Johnson and Griffen 

If the owners of the two existing race tracks in Arkansas were seeking legislation giving themselves exclusive rights to casino gambling in the state, a franchise worth many millions of dollars, it might be appropriate for a legislator to call for criminal background checks. (Or, if he was sponsoring a bill to aid the track owners’ scheme, to volunteer for one himself.) Similarly, if a land developer was pushing to build a subdivision that might endanger Central Arkansas’s drinking water, it could well be in order for a conscientious legislator to suggest background checks. But when these matters came before the legislature earlier this year, Sen. Bob Johnson, D-Bigelow, did not mumble a word about checking backgrounds. Instead, he pressed for legislation supporting the track owners and the developer. It is only now that Senator Johnson seeks background checks. And for whom? Victims of Hurricane Katrina, who have sought refuge in Arkansas and whose only offense is being (mostly) poor and black. As Gov. Mike Huckabee has said, “[T]hese are not detainees or prisoners, but American citizens displaced through no fault of their own. They are primarily our guests, neighbors and hardworking people who have been through a horrendous ordeal.” They deserve our sympathy, not our suspicion and our prejudice. Judge Wendell Griffen has been thinking about the flood victims also, from a much different perspective than Senator Johnson, and as we’ve all surely learned by now, what Judge Griffen thinks, he says, and what he says, he means. The judge told an NAACP gathering in Conway that the Bush administration’s mishandling of the hurricane disaster revealed “the scab of racism and classism.” (He adapted those remarks for a guest column on this page.) Whether the administration’s failures were the result of “racism and classism” or simple incompetence, or both, is subject to debate, but Judge Griffen is not alone in his suspicions. Even pre-Katrina, this administration has been indifferent if not outright hostile to the poor and people of color, sufficient justification for the judge’s assertion that Bush’s sending his snarly vice president to New Orleans to hug flood victims was the height of hypocrisy. Ghastly, is what it was. Hadn’t they suffered enough? In the same speech — some speech — Judge Griffen spoke out against the bullies of the Religious Right, who have intimidated too many Americans with their questioning of others’ faith and patriotism. Griffen, who is a Baptist minister as well as a judge, called James Dobson, Jerry Falwell and Pat Robertson “pimps of piety.” It was time somebody did. Some will question the propriety of a judge saying what Griffen did. The need for truth can outweigh the need for propriety.

From the ArkTimes store


Subscribe to this thread:

Add a comment

More by Max Brantley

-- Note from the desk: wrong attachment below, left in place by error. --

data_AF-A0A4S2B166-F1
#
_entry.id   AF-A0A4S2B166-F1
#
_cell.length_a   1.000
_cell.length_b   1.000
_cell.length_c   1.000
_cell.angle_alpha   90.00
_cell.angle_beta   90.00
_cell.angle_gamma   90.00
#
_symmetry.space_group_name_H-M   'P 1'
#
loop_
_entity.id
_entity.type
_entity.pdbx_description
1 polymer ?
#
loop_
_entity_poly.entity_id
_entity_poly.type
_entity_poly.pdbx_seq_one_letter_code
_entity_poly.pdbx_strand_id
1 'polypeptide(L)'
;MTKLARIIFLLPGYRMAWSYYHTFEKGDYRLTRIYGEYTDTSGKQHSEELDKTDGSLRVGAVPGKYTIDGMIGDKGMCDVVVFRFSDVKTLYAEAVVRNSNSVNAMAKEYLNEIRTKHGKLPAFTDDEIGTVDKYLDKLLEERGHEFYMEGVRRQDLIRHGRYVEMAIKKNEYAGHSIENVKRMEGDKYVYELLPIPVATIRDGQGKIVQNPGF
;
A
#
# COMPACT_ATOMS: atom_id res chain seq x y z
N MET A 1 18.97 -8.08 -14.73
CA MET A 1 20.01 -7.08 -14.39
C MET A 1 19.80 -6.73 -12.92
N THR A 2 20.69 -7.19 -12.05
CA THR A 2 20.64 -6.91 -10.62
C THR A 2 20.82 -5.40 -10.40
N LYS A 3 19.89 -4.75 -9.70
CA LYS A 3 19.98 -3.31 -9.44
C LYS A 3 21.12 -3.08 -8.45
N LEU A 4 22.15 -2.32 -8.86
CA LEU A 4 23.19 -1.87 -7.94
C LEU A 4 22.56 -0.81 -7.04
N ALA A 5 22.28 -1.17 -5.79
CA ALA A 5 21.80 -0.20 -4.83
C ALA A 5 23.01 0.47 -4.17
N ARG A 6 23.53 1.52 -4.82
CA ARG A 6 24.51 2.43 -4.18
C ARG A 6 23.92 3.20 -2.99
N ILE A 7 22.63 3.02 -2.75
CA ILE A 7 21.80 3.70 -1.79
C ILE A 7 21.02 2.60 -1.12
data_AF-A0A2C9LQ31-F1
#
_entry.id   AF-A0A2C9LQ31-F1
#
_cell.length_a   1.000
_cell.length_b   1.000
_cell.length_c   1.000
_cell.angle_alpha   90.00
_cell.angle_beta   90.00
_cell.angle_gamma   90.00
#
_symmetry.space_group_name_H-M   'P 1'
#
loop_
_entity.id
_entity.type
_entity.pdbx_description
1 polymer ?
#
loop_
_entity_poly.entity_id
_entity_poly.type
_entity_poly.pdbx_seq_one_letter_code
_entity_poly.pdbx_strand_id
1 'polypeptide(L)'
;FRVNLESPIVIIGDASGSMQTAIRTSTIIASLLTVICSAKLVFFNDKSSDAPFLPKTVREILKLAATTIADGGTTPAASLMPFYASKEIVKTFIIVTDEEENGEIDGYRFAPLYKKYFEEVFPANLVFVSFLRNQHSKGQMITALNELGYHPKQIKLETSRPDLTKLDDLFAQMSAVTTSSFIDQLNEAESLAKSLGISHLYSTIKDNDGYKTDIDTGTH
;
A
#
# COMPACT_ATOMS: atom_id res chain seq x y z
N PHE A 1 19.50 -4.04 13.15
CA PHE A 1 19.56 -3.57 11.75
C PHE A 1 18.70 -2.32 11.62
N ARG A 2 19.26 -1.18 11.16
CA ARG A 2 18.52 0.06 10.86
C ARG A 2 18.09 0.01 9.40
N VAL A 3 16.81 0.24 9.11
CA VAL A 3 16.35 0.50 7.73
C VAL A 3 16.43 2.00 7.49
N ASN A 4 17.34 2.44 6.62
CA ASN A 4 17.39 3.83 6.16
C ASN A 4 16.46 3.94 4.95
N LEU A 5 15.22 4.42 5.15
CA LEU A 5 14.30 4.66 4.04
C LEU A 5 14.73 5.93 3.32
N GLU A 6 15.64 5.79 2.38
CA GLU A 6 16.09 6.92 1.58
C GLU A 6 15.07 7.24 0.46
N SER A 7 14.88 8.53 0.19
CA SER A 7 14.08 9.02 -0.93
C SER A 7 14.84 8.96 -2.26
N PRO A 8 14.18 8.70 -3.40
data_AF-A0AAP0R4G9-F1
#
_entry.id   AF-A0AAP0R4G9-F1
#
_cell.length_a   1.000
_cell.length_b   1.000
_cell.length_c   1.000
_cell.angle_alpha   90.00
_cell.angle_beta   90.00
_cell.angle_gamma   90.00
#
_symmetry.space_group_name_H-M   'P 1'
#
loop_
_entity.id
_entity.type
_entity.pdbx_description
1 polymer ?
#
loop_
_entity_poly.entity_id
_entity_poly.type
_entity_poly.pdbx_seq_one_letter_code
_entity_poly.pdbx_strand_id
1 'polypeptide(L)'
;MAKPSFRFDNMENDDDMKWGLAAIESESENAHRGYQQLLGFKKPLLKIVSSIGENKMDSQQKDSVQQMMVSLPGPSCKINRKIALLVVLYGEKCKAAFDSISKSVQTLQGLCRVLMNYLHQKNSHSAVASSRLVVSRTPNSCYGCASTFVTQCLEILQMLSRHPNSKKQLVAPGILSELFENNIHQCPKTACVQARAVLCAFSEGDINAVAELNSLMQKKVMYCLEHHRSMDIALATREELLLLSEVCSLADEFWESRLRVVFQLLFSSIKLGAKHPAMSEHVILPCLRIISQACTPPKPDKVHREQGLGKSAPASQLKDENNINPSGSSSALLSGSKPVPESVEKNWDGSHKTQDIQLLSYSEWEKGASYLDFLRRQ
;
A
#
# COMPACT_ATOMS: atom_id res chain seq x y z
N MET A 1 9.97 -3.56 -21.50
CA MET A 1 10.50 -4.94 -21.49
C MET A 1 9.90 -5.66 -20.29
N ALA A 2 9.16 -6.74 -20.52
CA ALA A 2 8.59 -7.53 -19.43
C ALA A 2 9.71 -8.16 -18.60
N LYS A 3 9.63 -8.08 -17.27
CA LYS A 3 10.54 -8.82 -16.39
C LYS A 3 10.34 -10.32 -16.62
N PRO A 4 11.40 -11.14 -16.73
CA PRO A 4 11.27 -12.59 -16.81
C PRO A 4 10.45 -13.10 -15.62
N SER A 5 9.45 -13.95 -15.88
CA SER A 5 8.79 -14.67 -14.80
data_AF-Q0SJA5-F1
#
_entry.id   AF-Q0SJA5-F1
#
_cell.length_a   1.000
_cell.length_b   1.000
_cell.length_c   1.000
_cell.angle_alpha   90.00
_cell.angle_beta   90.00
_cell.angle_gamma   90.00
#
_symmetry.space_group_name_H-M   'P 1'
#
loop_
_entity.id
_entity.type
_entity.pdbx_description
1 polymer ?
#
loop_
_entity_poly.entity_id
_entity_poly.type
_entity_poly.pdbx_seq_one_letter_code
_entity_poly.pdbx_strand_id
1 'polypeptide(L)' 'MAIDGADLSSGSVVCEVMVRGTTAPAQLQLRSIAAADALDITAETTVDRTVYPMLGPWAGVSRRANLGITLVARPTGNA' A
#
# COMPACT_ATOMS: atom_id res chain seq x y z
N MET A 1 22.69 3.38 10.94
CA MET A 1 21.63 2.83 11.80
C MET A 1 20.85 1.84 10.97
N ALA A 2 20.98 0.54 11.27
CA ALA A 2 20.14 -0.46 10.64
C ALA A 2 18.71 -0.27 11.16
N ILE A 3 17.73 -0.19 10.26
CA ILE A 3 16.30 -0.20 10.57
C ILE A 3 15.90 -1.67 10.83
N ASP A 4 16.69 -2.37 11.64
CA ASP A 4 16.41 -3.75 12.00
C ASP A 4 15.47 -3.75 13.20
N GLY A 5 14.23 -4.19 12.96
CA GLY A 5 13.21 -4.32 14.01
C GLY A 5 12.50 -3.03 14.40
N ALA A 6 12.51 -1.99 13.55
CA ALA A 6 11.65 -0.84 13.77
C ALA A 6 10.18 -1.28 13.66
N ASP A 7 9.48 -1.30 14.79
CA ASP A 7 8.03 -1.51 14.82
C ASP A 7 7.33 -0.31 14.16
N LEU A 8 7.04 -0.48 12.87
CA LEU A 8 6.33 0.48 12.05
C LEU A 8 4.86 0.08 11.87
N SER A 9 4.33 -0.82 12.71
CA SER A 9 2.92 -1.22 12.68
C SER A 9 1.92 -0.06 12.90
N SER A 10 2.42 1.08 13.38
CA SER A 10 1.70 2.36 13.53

• Bank of Ozarks announces new LR headquarters building

    Bank of the Ozarks announced today that would build a 247,000-square-foot corporate headquarters on a 44-acre site at The Ranch on Highway 10, a project reported in the works by Arkansas Business last year.
    • Sep 19, 2017
  • Rapert challenger faults his reference to her

    Sen. Jason Rapert, the Faulkner County Republican, spoke to an NAACP session in Conway yesterday and encountered a question from his announced Democratic opponent, Maureen Skinner.Her campaign took offense
    • Sep 19, 2017
  • Larry Crane announces retirement as clerk

    Pulaski County Clerk Larry Crane sent a message to staff saying he doesn't intend to seek re-election next year.
    • Sep 19, 2017
  • More »

More by Arkansas Times Staff

Latest in Editorials

  • The end of an era

    We're sad to report that Doug Smith has decided to retire. Though he's been listed as an associate editor on our masthead for the last 22 years, he has in fact been the conscience of the Arkansas Times. He has written all but a handful of our unsigned editorials since we introduced an opinion page in 1992.
    • May 8, 2014
  • A stand for equality

    Last week, Attorney General Dustin McDaniel became the first elected statewide official to express support for same-sex marriage. His announcement came days before Circuit Judge Chris Piazza is expected to rule on a challenge to the state's constitutional ban on same-sex marriage. Soon after, a federal challenge of the law is expected to move forward. McDaniel has pledged to "zealously" defend the Arkansas Constitution but said he wanted the public to know where he stood.
    • May 8, 2014
  • Same old, same old

    Remarking as we were on the dreariness of this year's election campaigns, we failed to pay sufficient tribute to the NRA, one of the most unsavory and, in its predictability, dullest of the biennial participants in the passing political parade.
    • May 1, 2014
  • More »

Event Calendar

« »


  1 2
3 4 5 6 7 8 9
10 11 12 13 14 15 16
17 18 19 20 21 22 23
24 25 26 27 28 29 30

Most Recent Comments

  • Re: Time for a coalition

    • I am very glad to see a lot of women running for government positions in…

    • on September 19, 2017
  • Re: Time for a coalition

    • Since Hillary's book has come out, the Hillary Bashers have starting ranting again. My thoughts:…

    • on September 19, 2017

© 2017 Arkansas Times | 201 East Markham, Suite 200, Little Rock, AR 72201
Powered by Foundation